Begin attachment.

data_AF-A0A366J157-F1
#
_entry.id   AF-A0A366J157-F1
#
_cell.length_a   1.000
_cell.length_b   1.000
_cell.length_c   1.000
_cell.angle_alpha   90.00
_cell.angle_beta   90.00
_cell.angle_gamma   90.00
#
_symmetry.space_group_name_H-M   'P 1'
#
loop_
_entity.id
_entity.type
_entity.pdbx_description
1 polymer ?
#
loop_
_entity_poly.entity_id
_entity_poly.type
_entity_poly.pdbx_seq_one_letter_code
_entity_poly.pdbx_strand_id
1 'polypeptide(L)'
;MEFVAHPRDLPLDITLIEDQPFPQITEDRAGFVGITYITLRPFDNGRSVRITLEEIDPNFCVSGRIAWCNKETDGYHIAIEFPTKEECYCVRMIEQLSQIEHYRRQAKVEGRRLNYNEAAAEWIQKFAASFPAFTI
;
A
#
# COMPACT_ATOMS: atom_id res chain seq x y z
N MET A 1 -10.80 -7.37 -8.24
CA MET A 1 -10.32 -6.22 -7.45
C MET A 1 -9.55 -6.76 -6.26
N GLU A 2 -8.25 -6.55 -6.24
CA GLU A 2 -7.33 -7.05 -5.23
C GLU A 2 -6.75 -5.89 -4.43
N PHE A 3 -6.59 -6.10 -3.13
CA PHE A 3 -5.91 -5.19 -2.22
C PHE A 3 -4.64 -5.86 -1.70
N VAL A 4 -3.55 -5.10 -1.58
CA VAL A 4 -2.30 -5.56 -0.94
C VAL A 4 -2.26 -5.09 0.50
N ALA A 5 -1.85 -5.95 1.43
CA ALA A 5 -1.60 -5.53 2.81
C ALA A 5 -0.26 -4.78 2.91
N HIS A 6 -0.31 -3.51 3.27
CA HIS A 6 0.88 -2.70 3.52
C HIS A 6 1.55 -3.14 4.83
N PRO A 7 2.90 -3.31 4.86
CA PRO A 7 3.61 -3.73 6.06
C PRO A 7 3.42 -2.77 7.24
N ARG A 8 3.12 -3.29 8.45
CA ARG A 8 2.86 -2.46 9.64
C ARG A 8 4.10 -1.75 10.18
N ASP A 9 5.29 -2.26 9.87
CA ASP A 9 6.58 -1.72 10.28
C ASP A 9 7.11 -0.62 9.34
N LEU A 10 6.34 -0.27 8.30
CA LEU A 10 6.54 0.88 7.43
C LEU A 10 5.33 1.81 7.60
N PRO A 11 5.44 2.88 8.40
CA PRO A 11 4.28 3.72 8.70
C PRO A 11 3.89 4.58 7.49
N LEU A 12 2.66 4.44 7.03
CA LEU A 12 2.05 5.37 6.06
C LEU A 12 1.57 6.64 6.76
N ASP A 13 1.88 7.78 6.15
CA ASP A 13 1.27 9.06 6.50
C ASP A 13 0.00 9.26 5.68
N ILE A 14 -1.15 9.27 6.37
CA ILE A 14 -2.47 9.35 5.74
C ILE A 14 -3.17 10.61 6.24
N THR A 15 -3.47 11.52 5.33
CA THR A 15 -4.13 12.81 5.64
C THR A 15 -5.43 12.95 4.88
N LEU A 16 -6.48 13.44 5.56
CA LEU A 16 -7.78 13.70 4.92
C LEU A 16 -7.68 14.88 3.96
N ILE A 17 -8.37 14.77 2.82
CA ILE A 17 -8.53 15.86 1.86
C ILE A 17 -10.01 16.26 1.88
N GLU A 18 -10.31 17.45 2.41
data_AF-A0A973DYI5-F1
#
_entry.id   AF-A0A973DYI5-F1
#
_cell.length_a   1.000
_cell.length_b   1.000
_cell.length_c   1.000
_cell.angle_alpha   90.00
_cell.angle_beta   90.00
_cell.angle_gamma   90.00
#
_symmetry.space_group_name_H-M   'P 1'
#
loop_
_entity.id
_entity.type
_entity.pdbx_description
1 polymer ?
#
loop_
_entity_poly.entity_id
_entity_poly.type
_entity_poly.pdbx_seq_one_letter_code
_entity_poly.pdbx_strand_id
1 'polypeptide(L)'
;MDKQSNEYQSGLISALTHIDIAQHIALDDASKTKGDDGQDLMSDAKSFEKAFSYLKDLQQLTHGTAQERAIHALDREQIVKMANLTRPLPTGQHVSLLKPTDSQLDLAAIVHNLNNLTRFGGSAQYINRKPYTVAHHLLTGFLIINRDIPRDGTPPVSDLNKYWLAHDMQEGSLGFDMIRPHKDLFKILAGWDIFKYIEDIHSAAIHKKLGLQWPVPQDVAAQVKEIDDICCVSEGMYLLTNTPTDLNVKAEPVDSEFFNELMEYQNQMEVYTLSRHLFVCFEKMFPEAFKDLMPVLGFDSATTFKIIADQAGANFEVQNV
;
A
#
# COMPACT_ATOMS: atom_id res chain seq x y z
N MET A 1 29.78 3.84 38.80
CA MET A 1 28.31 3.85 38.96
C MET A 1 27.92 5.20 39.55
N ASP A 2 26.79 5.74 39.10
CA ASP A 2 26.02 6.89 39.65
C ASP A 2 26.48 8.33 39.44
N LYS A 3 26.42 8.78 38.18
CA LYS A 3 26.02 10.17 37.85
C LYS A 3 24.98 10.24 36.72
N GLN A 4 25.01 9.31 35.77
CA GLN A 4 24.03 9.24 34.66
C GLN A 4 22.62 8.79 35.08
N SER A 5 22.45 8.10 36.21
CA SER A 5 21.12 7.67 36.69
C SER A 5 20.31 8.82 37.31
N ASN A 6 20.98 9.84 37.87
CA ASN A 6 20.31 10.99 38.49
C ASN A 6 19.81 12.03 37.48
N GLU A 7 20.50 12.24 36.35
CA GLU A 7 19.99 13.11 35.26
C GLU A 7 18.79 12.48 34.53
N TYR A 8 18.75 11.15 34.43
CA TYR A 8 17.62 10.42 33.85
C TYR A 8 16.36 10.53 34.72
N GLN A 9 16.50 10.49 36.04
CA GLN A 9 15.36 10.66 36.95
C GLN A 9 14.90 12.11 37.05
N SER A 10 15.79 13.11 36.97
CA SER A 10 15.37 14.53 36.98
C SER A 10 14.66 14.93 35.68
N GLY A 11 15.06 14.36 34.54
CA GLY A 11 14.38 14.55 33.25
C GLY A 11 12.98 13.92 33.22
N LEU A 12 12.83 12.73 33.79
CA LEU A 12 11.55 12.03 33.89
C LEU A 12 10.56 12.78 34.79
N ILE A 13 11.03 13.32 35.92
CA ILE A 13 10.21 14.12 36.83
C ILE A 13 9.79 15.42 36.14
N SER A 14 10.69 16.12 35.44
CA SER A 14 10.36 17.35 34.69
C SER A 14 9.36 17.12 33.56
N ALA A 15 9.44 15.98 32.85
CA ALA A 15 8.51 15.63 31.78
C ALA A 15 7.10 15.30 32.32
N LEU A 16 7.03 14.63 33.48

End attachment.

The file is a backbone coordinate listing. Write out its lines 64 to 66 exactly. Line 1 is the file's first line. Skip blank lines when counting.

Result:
N LEU A 12 2.66 4.44 7.03
CA LEU A 12 2.05 5.37 6.06
C LEU A 12 1.57 6.64 6.76